Enhancing LPG adoption in Ghana (ELAG): a factorial cluster-randomized controlled trial to Enhance LPG Adoption & Sustained use

Carrión, Daniel; Dwommoh, Rebecca; Tawiah, Theresa; Agyei, Oscar; Agbokey, Francis; Twumasi, Miecks; Mujtaba, Mohammed; Jack, Darby W.; Asante, Kwaku P.

Three billion individuals worldwide rely on biomass fuel [dung, wood, crops] for cooking and heating. Further, health conditions resulting from household air pollution (HAP) are responsible for approximately 3.9 million premature deaths each year. Though transition away from traditional biomass stoves is projected curb the health effects of HAP by mitigating exposure, the benefits of newer clean cookstove technologies can only be fully realized if use of these new stoves is exclusive and sustained. However, the conditions under which individuals adopt and sustain use of clean cookstoves is not well understood.

The Enhancing LPG Adoption in Ghana (ELAG) study is a cluster-randomized controlled trial employing a factorial intervention design. The first component is a behavior change intervention based on the Risks, Attitudes, Norms, Abilities, and Self-regulation (RANAS) model. This intervention seeks to align these five behavioral factors with clean cookstove adoption and sustained use. A second intervention is access-related and will improve LPG availability by offering a direct-delivery refueling service. These two interventions will be integrated via a factorial design whereby 27 communities are assigned to one of the following: the control arm, the educational intervention, the delivery, or a combined intervention. Intervention allocation is determined by a covariate-constrained randomization approach. After intervention, approximately 900 households’ individual fuel use is tracked for 12 months via iButton stove use monitors. Analysis will include hierarchical linear models used to compare intervention households’ fuel use to control households.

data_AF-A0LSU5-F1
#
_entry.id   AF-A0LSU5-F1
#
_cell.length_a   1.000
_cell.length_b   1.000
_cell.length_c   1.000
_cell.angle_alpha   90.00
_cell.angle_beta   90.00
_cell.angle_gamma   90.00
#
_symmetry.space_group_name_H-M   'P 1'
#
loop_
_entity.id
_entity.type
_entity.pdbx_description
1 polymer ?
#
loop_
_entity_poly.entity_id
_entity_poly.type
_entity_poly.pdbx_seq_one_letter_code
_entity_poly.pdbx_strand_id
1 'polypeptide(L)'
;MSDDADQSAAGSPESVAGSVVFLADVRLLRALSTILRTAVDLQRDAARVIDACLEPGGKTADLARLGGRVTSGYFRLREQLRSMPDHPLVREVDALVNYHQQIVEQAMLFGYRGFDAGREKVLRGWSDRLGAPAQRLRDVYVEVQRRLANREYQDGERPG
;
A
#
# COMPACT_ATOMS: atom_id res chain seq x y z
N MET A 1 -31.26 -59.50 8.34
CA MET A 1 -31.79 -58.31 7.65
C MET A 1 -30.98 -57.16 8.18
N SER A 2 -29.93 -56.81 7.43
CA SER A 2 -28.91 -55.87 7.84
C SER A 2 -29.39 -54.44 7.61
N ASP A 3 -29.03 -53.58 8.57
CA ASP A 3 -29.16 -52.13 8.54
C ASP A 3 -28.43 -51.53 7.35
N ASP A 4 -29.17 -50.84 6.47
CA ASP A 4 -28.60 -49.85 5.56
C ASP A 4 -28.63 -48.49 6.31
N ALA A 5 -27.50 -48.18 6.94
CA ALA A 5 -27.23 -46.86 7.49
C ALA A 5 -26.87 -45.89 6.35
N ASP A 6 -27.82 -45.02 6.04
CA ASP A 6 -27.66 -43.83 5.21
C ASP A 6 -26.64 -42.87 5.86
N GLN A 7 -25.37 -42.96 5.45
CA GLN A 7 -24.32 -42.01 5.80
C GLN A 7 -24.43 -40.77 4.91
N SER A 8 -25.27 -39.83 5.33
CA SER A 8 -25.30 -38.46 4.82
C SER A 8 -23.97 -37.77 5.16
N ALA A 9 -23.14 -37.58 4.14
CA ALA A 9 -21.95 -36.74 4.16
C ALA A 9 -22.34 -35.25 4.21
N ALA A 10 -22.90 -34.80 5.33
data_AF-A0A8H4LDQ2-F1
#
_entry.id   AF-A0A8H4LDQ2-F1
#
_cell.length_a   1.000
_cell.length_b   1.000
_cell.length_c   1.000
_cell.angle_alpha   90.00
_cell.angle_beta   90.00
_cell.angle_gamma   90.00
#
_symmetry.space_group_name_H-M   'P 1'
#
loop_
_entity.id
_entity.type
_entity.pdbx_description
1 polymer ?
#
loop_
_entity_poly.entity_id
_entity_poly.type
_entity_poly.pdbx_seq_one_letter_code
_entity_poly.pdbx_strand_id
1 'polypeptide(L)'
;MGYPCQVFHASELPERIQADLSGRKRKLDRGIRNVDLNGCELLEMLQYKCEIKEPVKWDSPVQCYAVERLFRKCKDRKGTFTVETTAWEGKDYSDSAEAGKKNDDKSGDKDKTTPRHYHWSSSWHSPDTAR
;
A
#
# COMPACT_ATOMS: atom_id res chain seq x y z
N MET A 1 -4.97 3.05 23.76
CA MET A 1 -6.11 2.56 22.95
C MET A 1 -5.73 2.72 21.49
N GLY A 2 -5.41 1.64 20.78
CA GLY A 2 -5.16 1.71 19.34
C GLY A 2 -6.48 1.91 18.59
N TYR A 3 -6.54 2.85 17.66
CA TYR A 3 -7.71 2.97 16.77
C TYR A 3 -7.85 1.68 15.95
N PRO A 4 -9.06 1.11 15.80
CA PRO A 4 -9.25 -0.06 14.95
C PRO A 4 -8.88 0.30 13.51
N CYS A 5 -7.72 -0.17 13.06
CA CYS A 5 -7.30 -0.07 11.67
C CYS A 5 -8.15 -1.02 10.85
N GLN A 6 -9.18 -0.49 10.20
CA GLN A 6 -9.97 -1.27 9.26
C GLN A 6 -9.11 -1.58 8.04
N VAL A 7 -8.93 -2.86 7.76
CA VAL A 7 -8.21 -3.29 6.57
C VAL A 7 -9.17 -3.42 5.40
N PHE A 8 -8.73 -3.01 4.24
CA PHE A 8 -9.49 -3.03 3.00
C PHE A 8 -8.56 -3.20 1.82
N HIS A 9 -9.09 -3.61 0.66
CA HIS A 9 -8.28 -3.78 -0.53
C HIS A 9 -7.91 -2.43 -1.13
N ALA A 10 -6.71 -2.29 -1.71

Literature to-date demonstrates that recipients of improved cookstoves rarely completely adopt the new technology. Instead, they often practice partial adoption (fuel stacking). Consequently, interventions are needed to influence adoption patterns and simultaneously to understand drivers of fuel adoption. Ensuring uptake, adoption, and sustained use of improved cookstove technologies can then lead to HAP-reductions and consequent improvements in public health.

Trial registration


(November 24, 2017).

Geographic Areas


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Also Published In

BMC Public Health

More About This Work

Academic Units
Environmental Health Sciences
Published Here
September 28, 2018


Clean cookstoves, Household air pollution, Sustained use, Clean cookstove adoption, Behavioral intervention, Structural intervention, Biomass combustion